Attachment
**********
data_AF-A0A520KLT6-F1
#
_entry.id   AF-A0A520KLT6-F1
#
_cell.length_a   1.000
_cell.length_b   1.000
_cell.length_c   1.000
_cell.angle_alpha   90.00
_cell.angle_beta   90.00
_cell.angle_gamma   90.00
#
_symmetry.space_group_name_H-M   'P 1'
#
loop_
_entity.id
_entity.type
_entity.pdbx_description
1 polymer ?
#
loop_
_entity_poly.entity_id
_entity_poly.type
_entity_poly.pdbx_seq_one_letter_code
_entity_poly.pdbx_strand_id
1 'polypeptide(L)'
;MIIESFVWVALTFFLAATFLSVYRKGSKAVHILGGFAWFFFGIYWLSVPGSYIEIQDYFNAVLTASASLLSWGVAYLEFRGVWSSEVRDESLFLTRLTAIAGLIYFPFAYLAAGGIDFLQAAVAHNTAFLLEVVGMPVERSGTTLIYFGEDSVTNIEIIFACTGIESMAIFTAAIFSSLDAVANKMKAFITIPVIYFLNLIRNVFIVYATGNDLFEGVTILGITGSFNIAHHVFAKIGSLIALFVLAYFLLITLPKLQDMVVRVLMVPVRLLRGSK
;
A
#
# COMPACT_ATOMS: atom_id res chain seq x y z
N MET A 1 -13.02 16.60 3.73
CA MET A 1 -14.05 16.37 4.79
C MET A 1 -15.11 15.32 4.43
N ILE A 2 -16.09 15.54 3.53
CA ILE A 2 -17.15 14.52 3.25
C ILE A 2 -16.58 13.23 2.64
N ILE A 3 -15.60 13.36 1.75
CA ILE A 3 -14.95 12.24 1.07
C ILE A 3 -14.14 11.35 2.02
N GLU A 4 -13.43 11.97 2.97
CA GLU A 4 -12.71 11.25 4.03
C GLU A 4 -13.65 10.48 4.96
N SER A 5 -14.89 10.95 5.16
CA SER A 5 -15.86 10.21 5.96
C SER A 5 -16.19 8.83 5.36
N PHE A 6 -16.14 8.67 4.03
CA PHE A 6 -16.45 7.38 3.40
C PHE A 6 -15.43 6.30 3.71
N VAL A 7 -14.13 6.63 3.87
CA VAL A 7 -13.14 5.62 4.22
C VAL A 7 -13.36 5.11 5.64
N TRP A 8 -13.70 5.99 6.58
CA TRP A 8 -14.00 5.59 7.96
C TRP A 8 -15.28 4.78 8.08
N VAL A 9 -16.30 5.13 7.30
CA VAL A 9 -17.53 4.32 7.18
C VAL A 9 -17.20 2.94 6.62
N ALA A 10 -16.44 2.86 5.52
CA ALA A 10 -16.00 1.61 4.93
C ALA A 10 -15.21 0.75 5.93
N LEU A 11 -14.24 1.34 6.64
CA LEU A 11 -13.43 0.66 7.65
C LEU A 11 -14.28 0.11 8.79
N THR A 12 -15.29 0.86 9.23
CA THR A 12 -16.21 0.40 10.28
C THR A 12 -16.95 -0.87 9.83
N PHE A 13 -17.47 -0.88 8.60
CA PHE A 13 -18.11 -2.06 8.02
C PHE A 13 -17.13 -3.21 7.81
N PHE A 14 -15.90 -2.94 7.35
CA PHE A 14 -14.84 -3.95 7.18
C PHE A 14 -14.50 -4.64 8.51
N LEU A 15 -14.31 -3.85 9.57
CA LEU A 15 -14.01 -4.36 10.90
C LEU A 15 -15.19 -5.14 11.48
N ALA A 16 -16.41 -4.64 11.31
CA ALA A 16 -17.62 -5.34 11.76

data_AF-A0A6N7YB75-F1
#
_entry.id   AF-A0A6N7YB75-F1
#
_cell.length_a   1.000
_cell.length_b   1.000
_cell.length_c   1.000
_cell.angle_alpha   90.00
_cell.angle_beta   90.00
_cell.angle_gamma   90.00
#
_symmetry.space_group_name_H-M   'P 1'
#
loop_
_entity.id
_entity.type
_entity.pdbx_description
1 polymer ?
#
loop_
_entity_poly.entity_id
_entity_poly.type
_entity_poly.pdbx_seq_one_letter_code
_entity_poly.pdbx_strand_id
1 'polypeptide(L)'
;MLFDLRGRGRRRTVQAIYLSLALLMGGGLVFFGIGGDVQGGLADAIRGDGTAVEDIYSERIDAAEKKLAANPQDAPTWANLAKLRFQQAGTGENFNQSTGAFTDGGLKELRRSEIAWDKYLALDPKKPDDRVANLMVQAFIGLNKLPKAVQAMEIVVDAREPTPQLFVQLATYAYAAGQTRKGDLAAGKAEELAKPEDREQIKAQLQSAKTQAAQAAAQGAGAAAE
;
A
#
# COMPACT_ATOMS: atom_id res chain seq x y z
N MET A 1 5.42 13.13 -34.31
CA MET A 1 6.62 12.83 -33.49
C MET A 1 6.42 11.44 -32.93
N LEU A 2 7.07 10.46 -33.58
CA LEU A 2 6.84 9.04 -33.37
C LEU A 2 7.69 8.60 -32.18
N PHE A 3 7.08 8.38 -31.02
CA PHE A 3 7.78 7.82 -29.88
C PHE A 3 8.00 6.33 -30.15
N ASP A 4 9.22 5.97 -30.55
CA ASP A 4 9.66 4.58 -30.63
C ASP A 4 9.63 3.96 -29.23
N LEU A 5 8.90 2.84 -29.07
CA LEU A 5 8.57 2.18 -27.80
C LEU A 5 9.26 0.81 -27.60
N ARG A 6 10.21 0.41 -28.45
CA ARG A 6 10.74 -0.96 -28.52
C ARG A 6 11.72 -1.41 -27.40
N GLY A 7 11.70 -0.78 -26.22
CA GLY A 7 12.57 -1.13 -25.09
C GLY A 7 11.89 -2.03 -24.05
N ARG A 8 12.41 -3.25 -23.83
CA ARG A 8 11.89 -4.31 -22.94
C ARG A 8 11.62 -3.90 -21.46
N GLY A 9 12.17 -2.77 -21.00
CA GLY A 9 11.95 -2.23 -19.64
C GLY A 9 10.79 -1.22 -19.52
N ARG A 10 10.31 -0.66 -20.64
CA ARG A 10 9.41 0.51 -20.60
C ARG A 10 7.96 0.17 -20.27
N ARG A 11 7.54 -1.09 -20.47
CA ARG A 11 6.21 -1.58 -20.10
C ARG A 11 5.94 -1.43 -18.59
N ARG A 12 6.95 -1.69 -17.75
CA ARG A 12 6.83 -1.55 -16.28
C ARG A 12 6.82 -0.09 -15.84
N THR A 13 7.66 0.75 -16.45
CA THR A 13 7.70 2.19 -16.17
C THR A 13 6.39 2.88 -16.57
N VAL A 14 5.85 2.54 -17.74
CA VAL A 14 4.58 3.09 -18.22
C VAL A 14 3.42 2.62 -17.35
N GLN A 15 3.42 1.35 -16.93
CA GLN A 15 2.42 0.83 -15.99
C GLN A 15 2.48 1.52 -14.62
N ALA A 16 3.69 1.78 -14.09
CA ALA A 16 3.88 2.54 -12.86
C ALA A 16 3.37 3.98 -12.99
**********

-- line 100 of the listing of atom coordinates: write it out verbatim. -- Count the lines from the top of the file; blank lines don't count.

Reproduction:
_entity_poly.pdbx_seq_one_letter_code